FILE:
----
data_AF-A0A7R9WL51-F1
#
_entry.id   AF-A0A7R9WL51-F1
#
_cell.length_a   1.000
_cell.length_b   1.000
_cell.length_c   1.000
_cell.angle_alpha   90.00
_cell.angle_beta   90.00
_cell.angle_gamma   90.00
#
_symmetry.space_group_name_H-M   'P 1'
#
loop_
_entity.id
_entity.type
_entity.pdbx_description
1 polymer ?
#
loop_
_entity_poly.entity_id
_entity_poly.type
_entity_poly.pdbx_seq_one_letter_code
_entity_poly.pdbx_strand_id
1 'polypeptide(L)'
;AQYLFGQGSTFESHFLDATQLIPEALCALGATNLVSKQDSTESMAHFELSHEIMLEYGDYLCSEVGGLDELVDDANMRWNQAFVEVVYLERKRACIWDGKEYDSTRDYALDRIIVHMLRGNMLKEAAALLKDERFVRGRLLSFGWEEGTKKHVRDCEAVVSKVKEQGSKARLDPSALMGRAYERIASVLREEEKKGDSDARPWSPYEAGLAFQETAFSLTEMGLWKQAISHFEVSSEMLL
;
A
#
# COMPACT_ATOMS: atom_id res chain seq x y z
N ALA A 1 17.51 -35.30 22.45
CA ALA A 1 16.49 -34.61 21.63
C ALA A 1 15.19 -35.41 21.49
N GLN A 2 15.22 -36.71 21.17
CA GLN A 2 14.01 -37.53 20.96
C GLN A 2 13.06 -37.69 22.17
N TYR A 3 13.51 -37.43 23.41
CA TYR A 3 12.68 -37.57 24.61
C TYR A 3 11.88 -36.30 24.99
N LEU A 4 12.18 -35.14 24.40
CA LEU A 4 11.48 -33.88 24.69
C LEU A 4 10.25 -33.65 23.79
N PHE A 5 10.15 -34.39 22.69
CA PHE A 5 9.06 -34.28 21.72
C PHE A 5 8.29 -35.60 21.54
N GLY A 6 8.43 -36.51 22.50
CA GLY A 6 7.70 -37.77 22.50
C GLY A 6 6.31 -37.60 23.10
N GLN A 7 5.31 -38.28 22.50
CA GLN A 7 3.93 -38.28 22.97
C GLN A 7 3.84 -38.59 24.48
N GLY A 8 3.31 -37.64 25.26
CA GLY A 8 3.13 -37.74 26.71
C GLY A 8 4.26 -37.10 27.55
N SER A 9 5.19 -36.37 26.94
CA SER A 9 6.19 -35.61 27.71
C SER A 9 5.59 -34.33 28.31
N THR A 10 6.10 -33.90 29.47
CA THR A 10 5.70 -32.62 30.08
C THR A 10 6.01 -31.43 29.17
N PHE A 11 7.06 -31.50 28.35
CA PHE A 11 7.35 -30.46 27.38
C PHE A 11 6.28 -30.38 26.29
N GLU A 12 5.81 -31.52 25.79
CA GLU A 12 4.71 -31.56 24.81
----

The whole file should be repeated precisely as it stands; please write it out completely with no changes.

data_AF-A0A7R9WL51-F1
#
_entry.id   AF-A0A7R9WL51-F1
#
_cell.length_a   1.000
_cell.length_b   1.000
_cell.length_c   1.000
_cell.angle_alpha   90.00
_cell.angle_beta   90.00
_cell.angle_gamma   90.00
#
_symmetry.space_group_name_H-M   'P 1'
#
loop_
_entity.id
_entity.type
_entity.pdbx_description
1 polymer ?
#
loop_
_entity_poly.entity_id
_entity_poly.type
_entity_poly.pdbx_seq_one_letter_code
_entity_poly.pdbx_strand_id
1 'polypeptide(L)'
;AQYLFGQGSTFESHFLDATQLIPEALCALGATNLVSKQDSTESMAHFELSHEIMLEYGDYLCSEVGGLDELVDDANMRWNQAFVEVVYLERKRACIWDGKEYDSTRDYALDRIIVHMLRGNMLKEAAALLKDERFVRGRLLSFGWEEGTKKHVRDCEAVVSKVKEQGSKARLDPSALMGRAYERIASVLREEEKKGDSDARPWSPYEAGLAFQETAFSLTEMGLWKQAISHFEVSSEMLL
;
A
#
# COMPACT_ATOMS: atom_id res chain seq x y z
N ALA A 1 17.51 -35.30 22.45
CA ALA A 1 16.49 -34.61 21.63
C ALA A 1 15.19 -35.41 21.49
N GLN A 2 15.22 -36.71 21.17
CA GLN A 2 14.01 -37.53 20.96
C GLN A 2 13.06 -37.69 22.17
N TYR A 3 13.51 -37.43 23.41
CA TYR A 3 12.68 -37.57 24.61
C TYR A 3 11.88 -36.30 24.99
N LEU A 4 12.18 -35.14 24.40
CA LEU A 4 11.48 -33.88 24.69
C LEU A 4 10.25 -33.65 23.79
N PHE A 5 10.15 -34.39 22.69
CA PHE A 5 9.06 -34.28 21.72
C PHE A 5 8.29 -35.60 21.54
N GLY A 6 8.43 -36.51 22.50
CA GLY A 6 7.70 -37.77 22.50
C GLY A 6 6.31 -37.60 23.10
N GLN A 7 5.31 -38.28 22.50
CA GLN A 7 3.93 -38.28 22.97
C GLN A 7 3.84 -38.59 24.48
N GLY A 8 3.31 -37.64 25.26
CA GLY A 8 3.13 -37.74 26.71
C GLY A 8 4.26 -37.10 27.55
N SER A 9 5.19 -36.37 26.94
CA SER A 9 6.19 -35.61 27.71
C SER A 9 5.59 -34.33 28.31
N THR A 10 6.10 -33.90 29.47
CA THR A 10 5.70 -32.62 30.08
C THR A 10 6.01 -31.43 29.17
N PHE A 11 7.06 -31.50 28.35
CA PHE A 11 7.35 -30.46 27.38
C PHE A 11 6.28 -30.38 26.29
N GLU A 12 5.81 -31.52 25.79
CA GLU A 12 4.71 -31.56 24.81